The football team is one of the larger teams on campus, and they require many volunteers to get things done. There are “core parents” at every team level, freshmen, JV, and varsity. At the beginning of the season, the core parents and coaches make a plan for covering different jobs (such as decorating the locker-room, preparing and serving team meals, selling football apparel at home games, running the Touch Down Club drawings, planning Senior Night, preparing snacks for after games, working concessions, or being a part of the “chain gang” for freshmen and JV games) and everyone does their part.
On this particular Thursday night, while the players practiced, JV and varsity moms were decorating the locker-room in preparation for the game the next night. One of the parents had made posters to go on the end of the lockers, and other moms were attaching snacks and small signs to the outside of every locker.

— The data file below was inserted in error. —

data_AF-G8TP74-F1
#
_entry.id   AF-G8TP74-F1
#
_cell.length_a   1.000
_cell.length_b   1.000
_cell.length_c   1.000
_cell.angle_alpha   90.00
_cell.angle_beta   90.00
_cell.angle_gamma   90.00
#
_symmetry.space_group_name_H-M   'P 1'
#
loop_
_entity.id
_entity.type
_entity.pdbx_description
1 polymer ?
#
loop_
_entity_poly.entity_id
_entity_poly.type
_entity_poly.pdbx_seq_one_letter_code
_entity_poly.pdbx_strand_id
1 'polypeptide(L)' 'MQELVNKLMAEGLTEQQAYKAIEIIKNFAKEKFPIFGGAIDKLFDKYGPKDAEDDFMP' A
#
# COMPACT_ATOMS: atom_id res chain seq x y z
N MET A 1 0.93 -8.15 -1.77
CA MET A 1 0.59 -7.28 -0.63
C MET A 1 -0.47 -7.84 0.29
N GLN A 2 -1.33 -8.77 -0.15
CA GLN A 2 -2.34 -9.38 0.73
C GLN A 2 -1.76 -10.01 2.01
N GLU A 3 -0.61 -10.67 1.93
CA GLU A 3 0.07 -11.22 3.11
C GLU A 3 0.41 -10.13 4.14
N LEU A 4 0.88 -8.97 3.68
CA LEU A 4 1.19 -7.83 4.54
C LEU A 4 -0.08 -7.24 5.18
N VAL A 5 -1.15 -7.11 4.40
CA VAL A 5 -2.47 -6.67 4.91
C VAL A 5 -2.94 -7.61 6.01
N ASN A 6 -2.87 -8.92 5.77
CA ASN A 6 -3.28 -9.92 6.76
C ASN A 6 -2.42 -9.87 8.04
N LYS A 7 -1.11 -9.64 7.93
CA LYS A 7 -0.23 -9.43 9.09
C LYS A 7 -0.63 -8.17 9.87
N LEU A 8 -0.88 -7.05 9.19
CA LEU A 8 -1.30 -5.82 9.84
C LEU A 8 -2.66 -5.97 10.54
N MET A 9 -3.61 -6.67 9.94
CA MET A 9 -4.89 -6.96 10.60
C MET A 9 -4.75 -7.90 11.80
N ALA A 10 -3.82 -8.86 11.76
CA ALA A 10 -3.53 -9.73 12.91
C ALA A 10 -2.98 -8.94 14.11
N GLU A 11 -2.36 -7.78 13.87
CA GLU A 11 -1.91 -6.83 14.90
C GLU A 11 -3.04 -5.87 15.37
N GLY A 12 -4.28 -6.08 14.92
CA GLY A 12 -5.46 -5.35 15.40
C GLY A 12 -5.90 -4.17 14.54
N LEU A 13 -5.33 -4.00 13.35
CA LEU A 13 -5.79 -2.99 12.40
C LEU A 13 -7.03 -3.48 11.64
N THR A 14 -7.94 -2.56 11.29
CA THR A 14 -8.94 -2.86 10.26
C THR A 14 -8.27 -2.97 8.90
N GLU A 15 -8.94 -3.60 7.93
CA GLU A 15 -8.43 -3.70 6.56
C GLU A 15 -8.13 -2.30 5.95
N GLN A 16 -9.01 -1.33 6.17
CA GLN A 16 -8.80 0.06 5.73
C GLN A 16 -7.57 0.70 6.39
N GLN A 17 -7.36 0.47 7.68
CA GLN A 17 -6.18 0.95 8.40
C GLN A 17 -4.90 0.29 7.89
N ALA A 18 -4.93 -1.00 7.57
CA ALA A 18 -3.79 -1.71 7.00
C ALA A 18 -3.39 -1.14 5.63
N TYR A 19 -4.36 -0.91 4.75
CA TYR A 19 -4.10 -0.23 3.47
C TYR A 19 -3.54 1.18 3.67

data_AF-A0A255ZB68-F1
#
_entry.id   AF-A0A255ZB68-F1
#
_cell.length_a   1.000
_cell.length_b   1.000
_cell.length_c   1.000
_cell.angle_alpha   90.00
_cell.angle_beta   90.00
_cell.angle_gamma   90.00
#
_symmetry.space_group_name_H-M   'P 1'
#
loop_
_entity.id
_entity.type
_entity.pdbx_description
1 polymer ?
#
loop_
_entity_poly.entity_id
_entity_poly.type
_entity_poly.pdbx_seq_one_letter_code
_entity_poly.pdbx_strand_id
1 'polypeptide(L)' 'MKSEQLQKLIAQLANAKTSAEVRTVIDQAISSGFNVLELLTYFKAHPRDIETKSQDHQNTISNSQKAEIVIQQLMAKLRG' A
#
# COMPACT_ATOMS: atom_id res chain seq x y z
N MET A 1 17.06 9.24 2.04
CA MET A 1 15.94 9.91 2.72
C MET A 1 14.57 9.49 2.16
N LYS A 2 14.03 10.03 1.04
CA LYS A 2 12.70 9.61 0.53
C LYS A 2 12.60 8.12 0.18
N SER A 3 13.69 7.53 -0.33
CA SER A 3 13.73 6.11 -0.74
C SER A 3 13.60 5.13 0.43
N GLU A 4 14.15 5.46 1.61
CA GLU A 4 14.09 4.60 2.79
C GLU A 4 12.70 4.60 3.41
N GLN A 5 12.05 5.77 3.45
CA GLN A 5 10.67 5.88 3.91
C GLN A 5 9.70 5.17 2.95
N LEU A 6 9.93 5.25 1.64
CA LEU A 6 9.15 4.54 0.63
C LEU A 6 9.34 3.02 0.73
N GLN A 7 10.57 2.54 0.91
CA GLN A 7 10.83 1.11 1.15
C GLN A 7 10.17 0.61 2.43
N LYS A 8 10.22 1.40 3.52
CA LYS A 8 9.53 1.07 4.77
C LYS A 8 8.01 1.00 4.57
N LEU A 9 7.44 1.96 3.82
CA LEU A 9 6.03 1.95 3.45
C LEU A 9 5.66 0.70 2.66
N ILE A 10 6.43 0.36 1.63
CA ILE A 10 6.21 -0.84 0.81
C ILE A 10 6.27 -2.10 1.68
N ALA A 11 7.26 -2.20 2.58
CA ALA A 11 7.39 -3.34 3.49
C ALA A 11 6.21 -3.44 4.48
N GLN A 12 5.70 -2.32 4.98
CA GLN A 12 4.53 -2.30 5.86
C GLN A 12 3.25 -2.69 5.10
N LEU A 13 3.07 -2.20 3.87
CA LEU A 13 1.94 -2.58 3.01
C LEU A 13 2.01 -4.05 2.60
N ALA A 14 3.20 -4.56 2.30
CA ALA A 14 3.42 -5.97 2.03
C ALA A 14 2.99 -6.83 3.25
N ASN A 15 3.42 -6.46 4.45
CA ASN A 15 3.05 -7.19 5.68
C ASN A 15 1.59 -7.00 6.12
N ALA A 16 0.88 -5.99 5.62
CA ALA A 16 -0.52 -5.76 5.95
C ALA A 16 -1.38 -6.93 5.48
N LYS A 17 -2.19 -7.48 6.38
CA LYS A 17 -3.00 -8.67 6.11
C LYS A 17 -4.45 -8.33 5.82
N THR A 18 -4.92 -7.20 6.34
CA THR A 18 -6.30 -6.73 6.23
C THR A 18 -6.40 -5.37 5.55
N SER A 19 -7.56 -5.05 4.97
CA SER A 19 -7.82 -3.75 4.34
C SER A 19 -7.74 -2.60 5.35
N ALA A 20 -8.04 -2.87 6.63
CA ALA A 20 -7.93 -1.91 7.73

The parents also explained the player “Accountability Teams” that were formed at the start of the summer. The seniors basically conducted a “draft” to form teams with players that they were willing to lead and hold accountable throughout the season. During the summer, players and accountability teams earned points for attendance at workouts, team camps, team activities, and community service events. At the end of the summer, there was a team meal for everyone. The meal was picnic-style, with hamburgers and hotdogs, except for the accountability team who had earned the most points. Their dinner was a sit-down affair with New York Strip steaks! There are apparently many instances in the program where coaches, their wives, and the parents provide incentives for players, and they are generous!